A new analysis of streams in the western United States with long-term monitoring programs has found that despite a general increase in air temperatures over the past several decades, streams are not necessarily warming at the same rate.
Several factors may influence the discrepancy, researchers say, including snowmelt, interaction with groundwater, flow and discharge rates, solar radiation, wind and humidity. But even after factoring out those elements, the scientists were surprised by the cooler-than-expected maximum, mean and minimum temperatures of the streams.
Results of the research, which was supported by the U.S. Geological Survey, the U.S. Forest Service and Oregon State University, have been published online in Geophysical Research Letters.
“Individually, you can find streams that seem to be getting warmer and others that are getting cooler,” said Ivan Arismendi, a post-doctoral researcher at Oregon State University and lead author on the study. “Some streams show little effect at all. But the bottom line is that recent trends in overall stream temperature do not parallel climate-related trends.”
The researchers caution that the findings don’t mean that climate change will not have an impact on stream temperature, which is a fundamental driver of ecosystem processes in streams. However, the relationship between air temperatures and stream temperatures may be more complex than previously realized and require additional monitoring.
Alternatively, there may be a time lag between air temperature and stream temperature, they say.
“One surprise was how few stream gauging stations have the necessary long-term records for evaluating climate-related trends in water temperatures,” said coauthor Jason Dunham, an aquatic ecologist with the U.S. Geological Survey. “Most of them are located in streams with high human influence, which makes it difficult to separate climate effects from local human impacts.”
“In those areas where human impact was minimal, the variability in trends was impressive,” added Dunham, who has a courtesy appointment in OSU’s Department of Fisheries and Wildlife. “It suggests to us that a variety of local influences may strongly affect how stream temperatures respond to climate.”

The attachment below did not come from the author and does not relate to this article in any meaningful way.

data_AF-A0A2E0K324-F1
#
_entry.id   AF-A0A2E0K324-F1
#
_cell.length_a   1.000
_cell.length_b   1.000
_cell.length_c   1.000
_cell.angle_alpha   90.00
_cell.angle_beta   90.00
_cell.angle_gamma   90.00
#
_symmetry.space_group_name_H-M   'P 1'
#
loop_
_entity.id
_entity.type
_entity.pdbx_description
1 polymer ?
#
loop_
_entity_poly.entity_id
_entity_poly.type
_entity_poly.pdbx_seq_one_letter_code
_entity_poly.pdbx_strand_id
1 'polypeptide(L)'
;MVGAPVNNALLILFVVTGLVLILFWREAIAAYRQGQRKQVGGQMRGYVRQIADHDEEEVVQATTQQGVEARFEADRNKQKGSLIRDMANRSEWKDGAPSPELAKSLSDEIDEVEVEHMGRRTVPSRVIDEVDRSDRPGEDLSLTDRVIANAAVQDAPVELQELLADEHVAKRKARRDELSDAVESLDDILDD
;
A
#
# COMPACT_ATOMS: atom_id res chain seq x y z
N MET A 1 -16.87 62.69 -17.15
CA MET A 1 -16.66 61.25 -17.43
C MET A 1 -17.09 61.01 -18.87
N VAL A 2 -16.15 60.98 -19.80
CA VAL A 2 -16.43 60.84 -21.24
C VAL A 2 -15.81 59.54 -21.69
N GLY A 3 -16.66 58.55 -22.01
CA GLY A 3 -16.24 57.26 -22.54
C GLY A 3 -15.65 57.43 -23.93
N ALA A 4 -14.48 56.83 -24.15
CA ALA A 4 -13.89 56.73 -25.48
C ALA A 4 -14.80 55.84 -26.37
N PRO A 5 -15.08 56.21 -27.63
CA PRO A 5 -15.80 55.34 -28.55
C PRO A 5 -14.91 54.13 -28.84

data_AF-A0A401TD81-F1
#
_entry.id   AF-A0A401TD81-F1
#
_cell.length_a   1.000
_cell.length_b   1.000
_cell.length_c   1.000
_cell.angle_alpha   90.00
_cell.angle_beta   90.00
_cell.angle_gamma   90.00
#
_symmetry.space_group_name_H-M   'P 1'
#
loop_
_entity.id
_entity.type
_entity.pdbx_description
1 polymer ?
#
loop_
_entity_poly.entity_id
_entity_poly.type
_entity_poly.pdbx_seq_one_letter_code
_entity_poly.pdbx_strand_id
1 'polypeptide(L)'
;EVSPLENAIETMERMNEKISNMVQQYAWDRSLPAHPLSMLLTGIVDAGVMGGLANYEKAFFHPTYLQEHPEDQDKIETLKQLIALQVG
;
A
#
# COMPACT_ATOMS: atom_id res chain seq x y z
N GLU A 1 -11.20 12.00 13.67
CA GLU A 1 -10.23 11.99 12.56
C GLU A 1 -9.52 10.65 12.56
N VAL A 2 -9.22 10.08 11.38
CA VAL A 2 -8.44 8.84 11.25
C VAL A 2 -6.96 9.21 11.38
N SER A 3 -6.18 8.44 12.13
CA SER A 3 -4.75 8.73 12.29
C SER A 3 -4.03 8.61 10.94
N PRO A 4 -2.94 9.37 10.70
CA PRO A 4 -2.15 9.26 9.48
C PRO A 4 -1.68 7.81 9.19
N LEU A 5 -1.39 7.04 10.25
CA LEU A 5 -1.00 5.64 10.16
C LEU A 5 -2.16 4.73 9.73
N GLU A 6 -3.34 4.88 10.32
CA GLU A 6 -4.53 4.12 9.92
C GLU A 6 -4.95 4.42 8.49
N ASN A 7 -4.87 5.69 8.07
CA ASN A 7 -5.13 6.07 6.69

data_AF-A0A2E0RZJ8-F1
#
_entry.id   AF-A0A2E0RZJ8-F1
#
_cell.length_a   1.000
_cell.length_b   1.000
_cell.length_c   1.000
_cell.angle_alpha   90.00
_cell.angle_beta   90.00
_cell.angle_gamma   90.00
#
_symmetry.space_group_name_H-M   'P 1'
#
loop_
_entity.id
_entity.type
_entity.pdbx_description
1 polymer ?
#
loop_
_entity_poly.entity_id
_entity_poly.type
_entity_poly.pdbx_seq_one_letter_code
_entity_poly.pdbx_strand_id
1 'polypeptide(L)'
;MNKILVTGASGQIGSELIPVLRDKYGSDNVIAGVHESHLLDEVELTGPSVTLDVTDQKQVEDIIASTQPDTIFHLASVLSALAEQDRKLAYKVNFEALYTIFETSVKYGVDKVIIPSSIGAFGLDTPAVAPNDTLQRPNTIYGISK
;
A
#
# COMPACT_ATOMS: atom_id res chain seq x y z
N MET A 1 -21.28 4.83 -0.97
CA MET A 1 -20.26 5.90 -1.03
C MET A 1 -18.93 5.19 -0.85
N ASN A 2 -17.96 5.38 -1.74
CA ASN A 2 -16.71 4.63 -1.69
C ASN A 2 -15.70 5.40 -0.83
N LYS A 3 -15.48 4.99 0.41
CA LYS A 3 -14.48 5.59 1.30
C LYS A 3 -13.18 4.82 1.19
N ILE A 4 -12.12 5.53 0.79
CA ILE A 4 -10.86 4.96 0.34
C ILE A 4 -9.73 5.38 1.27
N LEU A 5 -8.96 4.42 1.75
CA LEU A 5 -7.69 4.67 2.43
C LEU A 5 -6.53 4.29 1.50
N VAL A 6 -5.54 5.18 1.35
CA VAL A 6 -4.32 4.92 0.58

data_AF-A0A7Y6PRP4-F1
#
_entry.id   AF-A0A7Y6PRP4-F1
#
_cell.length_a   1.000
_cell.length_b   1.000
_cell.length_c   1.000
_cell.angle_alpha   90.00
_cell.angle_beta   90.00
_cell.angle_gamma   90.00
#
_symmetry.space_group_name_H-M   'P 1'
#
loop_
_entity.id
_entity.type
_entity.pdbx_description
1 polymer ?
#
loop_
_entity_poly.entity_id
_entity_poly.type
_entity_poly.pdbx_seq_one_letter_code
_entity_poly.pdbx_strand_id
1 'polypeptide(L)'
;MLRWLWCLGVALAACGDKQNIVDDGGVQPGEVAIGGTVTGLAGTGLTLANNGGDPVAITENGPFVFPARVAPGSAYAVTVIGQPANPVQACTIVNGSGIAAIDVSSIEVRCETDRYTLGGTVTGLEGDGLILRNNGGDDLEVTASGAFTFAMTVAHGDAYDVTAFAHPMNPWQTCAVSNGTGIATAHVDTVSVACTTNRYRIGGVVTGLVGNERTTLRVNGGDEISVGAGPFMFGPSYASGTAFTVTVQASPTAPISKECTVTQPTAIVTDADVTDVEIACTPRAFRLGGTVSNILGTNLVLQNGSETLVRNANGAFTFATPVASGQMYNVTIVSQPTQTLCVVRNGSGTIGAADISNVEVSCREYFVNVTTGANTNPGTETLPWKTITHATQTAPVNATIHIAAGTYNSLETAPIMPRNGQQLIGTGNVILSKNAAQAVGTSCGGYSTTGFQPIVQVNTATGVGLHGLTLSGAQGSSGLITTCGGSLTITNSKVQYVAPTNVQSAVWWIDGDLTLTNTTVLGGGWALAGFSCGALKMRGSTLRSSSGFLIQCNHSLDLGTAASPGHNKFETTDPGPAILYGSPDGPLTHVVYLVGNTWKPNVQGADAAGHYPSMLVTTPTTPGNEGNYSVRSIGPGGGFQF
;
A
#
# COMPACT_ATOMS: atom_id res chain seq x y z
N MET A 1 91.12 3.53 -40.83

Arismendi and his colleagues considered more than 600 gauging stations for the study but only 20 of the stations had a sufficiently lengthy period of monitoring – and lacked human influence. These long-term monitoring sites are operated primarily by the U.S. Geological Survey and U.S. Forest Service, and were located in Oregon, Washington, Idaho, California, Nevada and Alaska.
Coauthor Roy Haggerty, a professor in OSU’s College of Earth, Ocean, and Atmospheric Sciences, said warming temperatures can create more rapid or earlier snowmelt and affect stream temperatures in some locations. Another explanation for the lack of warming in many streams can be a time lag that can occur between precipitation entering underground aquifers and entering the stream.
“Groundwater can influence stream temperatures as well as streamflow and in some cases, it can take many years for that groundwater to make it to the stream,” noted Haggerty, the Hollis M. Dole Professor of Environmental Geology at OSU. “This and the other physics processes of a stream need to be considered when analyzing its heat budget – from the geology and stream bed, to the amount of shading in the riparian zone.”
Sherri Johnson, a research ecologist with the U.S. Forest Service and coauthor on the study, said stream temperatures can be important for a variety of reasons.
“Temperature is a key indicator of water quality and many streams throughout the Northwest have increased stream temperatures associated with human activity,” Johnson said. “Generally speaking, cooler stream temperatures are beneficial, and are a crucial factor in maintaining healthy ecosystems and populations of salmon, steelhead, trout and other cold-water species.”
Arismendi, who did his doctoral work at the Universidad Austral de Chile before coming to OSU, said the study points out the value of long-term data from streams that have had minimal human impacts.
“The fact that stream temperatures don’t correlate to climate trends in a predicable way indicates we need to study the relationship further to better appreciate the complexity,” Arismendi said. “Our knowledge of what influences stream temperatures is limited by the lack of long-term monitoring sites, and previous lumping of results among streams with relatively low and high levels of human impacts.
“Local variability is really important in driving climate sensitivity of streams,” he added.